Saying that there were some lovely moments of storytelling and puppetry, most notable the ogre of a boss with glowing green eyes. The music was also beautifully executed, and the design was great (though the lighting a little low for intricate puppetry). All four actors were brilliant actor/musicians, and there is something incredibly endearing about seeing such talented people appear so humble.

I am confident that with some polishing this show could be just as great as their previous productions. I wonder if the wagon signals a swing towards rural touring, because The River People would no doubt bring a lot of joy to smaller communities. 

Street Dreams

 Street Dreams

It appears I am on something of a puppetry binge this Festival. Street Dreams was the only time flyering actually worked on me, as it was handed to me while I was queueing for Swamp Juice, and as I had a gap I thought I’d give it a go. This is puppetry at its simple and glorious best.

The story is a simple one. A little hobo tries desperately to read his book in peace, but is distracted by his rubbish dump companions. Because of this, he decides to emigrate to the grassy land he spotted just a short umbrella ride away. When there, he realises that home really is where the heart is, and travels back to be with his old friends.

A silent and simple puppet show, Little Cauliflower use bits of scrap and things from the rubbish bin to create a rich and engaging world. The birds are made from carrier bags, his rubbish dump friends a rubber glove and old banana skins. It’s lovely to see the young company breathe life into these ordinary objects.

The main puppet, that of the hobo, could perhaps be a little more expressive – his movements weren’t immediately clear, and took some guesswork to figure out his intent, but you were willing to make that effort, as the company had instilled in this little puppet a warm and child-like personality.

I am unaware of Little Cauliflower’s work until now, but this show shows some promise. The music and puppetry is delicate, if not totally accomplished, and the story is really quite touching.  It’s a very sweet play, and I’m sure this would be particularly great for children, though may not have the universal appeal I have seen in other puppet shows.

And The Birds Fell From the Sky

 

Sitting in a darkened and dirty waiting room, watching a broken TV relaying newsreels of a freak occurrence in America, I wondered what I had let myself in for. I had no idea what Birds Fell was when I bough the ticket, but, like most things at the Fringe, a friend had recommended it, so I had to give it a go.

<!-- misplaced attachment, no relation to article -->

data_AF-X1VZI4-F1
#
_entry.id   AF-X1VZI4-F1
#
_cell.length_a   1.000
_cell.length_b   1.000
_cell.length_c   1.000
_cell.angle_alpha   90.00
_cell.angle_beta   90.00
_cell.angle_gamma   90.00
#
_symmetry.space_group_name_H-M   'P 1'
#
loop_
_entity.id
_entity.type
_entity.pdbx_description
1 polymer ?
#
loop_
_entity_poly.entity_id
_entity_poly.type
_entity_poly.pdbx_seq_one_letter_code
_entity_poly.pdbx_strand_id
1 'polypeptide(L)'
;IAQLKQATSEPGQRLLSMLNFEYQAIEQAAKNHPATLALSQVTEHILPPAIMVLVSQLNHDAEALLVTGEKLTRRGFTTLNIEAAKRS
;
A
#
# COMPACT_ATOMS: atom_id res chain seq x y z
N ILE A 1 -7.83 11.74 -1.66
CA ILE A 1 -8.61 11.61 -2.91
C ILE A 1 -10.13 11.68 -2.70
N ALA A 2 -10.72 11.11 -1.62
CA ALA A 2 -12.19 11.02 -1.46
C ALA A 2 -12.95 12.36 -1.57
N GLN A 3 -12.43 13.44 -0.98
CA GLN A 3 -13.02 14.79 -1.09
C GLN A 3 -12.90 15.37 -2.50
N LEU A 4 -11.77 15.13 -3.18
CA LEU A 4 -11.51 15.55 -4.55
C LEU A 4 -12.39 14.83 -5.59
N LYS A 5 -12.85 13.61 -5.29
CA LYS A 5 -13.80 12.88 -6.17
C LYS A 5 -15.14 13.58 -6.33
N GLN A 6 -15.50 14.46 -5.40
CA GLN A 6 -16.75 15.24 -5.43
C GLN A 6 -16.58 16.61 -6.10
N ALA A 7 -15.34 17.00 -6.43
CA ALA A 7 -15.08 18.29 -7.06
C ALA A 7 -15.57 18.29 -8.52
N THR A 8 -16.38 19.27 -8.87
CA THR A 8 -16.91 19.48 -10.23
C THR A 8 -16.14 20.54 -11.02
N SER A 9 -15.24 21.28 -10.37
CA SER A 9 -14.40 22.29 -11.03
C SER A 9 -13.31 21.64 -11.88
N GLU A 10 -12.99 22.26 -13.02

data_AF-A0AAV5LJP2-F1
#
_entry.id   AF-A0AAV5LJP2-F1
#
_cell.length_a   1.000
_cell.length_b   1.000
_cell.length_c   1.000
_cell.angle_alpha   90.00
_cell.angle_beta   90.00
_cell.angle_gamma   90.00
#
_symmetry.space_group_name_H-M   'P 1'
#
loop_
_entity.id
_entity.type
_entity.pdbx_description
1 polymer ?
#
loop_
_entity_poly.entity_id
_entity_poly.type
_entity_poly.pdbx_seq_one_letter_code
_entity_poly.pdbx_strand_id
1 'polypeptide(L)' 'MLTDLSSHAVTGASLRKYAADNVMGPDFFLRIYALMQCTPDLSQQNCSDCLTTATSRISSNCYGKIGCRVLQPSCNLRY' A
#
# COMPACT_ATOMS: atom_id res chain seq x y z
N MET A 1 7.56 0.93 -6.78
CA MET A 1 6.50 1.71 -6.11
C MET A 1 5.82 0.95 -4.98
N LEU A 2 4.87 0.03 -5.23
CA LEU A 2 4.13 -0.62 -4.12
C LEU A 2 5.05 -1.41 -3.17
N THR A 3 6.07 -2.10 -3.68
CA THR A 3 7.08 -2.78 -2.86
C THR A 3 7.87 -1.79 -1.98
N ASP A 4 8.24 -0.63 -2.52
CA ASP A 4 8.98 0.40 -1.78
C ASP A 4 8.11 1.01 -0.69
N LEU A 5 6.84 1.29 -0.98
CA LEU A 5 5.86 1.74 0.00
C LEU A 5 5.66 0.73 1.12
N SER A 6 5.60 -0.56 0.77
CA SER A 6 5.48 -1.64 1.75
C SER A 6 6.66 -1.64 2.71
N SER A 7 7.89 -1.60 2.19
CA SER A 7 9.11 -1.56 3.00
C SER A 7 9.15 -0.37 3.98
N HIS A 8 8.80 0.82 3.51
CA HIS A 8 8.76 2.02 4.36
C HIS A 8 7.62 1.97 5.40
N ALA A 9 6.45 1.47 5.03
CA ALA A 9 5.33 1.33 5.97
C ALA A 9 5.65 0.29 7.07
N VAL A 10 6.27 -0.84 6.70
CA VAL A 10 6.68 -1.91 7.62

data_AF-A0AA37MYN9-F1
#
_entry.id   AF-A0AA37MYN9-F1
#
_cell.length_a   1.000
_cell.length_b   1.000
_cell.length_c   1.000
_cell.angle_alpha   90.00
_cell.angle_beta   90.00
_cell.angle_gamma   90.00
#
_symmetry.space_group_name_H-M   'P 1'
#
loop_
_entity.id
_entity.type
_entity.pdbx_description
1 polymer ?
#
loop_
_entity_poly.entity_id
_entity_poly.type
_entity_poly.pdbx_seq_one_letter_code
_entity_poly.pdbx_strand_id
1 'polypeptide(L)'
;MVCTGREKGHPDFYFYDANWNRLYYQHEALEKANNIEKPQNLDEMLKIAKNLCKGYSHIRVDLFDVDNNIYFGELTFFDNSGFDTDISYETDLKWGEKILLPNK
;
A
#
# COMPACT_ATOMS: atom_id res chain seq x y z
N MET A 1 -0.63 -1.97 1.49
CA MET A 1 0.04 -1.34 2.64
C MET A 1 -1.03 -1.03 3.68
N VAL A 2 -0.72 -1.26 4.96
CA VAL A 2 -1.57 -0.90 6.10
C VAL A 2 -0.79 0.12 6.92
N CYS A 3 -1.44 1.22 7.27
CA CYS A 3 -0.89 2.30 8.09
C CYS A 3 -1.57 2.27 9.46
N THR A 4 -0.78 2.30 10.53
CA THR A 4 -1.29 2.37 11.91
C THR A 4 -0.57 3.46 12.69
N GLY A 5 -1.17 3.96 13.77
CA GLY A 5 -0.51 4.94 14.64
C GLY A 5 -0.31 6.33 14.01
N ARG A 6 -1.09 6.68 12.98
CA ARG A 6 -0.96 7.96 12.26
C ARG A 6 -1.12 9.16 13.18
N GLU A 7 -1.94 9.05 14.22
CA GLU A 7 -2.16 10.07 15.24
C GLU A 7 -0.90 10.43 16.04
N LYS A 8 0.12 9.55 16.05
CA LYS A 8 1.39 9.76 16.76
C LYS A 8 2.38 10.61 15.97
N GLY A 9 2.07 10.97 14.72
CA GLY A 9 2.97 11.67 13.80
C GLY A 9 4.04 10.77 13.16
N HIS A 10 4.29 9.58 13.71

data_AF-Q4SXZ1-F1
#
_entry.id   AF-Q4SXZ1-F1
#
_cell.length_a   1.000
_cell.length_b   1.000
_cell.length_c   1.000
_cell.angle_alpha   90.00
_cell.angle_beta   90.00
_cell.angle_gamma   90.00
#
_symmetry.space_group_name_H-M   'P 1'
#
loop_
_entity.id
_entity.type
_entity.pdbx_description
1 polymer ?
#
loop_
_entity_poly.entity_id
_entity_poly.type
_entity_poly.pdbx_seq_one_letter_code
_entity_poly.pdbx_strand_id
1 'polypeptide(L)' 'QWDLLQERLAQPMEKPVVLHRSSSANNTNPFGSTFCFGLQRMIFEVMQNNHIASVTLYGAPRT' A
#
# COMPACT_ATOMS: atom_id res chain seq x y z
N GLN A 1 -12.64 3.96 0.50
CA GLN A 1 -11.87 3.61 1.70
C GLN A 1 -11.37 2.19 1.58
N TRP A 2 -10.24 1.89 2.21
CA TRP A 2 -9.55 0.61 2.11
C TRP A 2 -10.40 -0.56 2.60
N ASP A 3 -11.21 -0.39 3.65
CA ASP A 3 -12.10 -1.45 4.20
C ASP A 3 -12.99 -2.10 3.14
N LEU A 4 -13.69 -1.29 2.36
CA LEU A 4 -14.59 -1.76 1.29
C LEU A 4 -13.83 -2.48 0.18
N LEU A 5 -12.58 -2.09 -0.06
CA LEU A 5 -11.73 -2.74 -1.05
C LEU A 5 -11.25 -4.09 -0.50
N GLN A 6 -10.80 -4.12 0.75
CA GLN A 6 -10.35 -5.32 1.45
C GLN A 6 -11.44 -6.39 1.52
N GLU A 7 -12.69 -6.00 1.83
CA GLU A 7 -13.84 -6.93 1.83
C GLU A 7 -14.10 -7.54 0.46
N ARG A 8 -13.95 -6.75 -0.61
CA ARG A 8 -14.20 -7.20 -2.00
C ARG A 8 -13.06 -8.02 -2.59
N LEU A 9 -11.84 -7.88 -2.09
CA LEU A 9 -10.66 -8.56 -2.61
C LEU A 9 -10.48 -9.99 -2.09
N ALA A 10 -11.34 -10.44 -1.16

Performed every 15 minutes for only 2 people, its worth seeing this piece if only for the technological innovation involved. The show takes place on some video goggles, while you and your companion are drawn, both physically and mentally into this world taking place before your eyes.

The smells and sensations around you completely match up with what you are experiencing visually – a clown spits alcohol over you and you feel it hit your skin, smelling the pungent alcohol smell in your nostrils. Objects are placed in your hands, and you are seated in a car and taken on a wild ride.

The difficulty with this show is the story itself. If there was a story, I was so disoriented by the style that I found it impossible to follow, and even if I were completely nonplussed by the goggles, it would still have been incredibly difficult to understand. As a piece of art it was certainly interesting. The car full of clowns was a powerful image, but they overcomplicated the story for the audience who are new to this style.

Those niggles aside, this is a nicely innovative show that stays with you for some time. I particularly enjoyed all the small touches that made the show that bit more special: a phone number you can call afterwards, a keepsake that unravels to become a tarot reading, and a parish newsletter in the waiting room. This appears to be the start of something new. It covers ground that Alma Mater tackles a little more delicately, but the intent is the same. This is the next level of immersive theatre – first person theatre, if you will.